- Posted June 25, 2014 by
Las Vegas, Nevada
This iReport is part of an assignment:
President’s immigration plan: Your views
It's not visas - it's business
While my journey from a visa to a permanent resident was full of interesting plot twists worth of their own soap operas, no one would have ever envisioned that I would be working in the very field that I despised so much for so long: business immigration.
I happened into it by chance. My first employer - a large and well-respected immigration firm - thought that my background and fluency in a few languages would be a perfect fit for the rought-and-tumble world of business immigration law.
And so I started my career all those years ago. Soon - too soon, I admit - I began to love it, getting to know every arcane detail of employment-based immigration such as the H-1B, L, O, PERM, TN, and on and on.
As I gained more familiarity with the immigration processes and the needs of businesses large and small across a wide variety of disciplines, it was fairly obvious that the system is broken and in dire need of repair.
On one hand, I saw how U.S. workers were being displaced by how easily it was to procure certain visas for foreign professionals in some industries. On the other hand, I saw how the H-1B cap set by U.S. Congress per fiscal year essentially limits U.S. companies from hiring and retaining qualified and skilled foreign professionals and graduates from U.S. institutions.
I witnessed the despair of a man and his young family stuck in a long wait line for employment-based permanent residence, simply because he was born in India, a country which has one of the longest wait times for employment-based immigrant visas.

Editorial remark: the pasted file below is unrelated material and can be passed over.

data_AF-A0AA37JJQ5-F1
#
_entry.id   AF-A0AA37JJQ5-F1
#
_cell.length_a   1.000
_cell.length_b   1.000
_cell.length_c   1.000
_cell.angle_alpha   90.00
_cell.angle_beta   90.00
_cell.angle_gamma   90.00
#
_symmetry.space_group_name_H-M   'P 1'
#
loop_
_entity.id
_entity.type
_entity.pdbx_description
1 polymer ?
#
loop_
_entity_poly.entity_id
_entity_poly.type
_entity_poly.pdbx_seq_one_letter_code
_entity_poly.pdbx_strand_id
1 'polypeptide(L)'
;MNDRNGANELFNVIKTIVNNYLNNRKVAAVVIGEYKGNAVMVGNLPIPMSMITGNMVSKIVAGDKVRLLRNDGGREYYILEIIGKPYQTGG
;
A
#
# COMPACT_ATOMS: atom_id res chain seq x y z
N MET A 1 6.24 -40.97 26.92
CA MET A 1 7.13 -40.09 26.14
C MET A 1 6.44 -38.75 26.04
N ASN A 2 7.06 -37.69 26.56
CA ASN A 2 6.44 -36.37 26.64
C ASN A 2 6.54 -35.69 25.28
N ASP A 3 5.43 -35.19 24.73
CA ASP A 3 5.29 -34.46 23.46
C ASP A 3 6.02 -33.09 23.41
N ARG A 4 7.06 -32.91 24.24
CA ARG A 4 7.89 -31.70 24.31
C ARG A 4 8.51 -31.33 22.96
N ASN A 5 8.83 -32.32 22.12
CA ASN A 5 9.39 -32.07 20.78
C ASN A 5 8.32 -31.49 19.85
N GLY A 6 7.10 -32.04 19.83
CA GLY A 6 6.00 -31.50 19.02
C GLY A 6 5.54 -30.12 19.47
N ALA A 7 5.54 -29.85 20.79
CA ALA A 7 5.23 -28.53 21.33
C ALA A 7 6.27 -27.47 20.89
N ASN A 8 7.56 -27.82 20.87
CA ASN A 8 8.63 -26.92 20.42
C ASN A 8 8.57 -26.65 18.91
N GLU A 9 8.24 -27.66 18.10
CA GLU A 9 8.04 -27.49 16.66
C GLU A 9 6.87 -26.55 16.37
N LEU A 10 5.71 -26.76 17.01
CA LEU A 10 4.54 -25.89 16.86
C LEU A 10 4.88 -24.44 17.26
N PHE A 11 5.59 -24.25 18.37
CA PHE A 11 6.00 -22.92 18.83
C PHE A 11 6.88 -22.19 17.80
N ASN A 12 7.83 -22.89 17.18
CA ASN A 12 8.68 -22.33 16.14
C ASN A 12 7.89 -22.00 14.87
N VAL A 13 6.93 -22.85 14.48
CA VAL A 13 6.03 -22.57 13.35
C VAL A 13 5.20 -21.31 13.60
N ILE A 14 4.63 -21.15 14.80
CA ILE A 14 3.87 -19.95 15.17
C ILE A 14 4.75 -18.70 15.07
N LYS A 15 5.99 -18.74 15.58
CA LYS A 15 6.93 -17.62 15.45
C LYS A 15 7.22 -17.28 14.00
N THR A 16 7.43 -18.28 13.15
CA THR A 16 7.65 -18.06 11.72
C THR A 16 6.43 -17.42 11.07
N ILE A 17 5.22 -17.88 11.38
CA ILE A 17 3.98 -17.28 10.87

I also observed many talented professionals giving up their dream of enriching the U.S. with their skills and knowledge, moving away to other countries where they felt more welcomed.
As I transitioned from law firms to in-house for large companies, it became fairly apparent that the U.S. employment-based immigration system does not quite match with the realities of today's global economy, technologies and mobile workforce.
Currently, I have the privilege of working for one of the largest hospitality companies in the world. At any one time, I juggle the needs of world-famous chefs, professionals, entertainers, interns and trainees, performing a delicate balancing act between business needs and objectives and static immigration regulations that have changed only slightly in decades.
At the same time, the motivation to fix what ails employment-based immigration ebbs and wanes with the political currents that seem to change every minute and are often swayed by special interests with little to no knowledge of the complicated regulations involved in employment-based immigration.
U.S. companies - as well as research institutions, universities and non-profits - cannot afford inaction nor can they afford half-way measures that simply provide a quick fix to systematic problems that do not address what we need in order to compete domestically and abroad.
Of course, no solution that the U.S. Congress may eventually provide will satisfy everyone and surely there are many loopholes that unscrupulous employers can exploit. We must continue efforts to strengthen corporate compliance - visas, I-9, E-Verify - as good corporate citizens.
Ultimately, however, the very survival of U.S. businesses on a global scale will rest on whether we can change and evolve our employment-based immigration system while still protecting U.S. and foreign workers alike.
I am no longer the naive immigration law beginner I once was. If there is one sure thing that I know is that U.S. businesses benefit greatly from the contributions that employment-based immigrants such as my father - as well as millions of others - have made and will continue to make.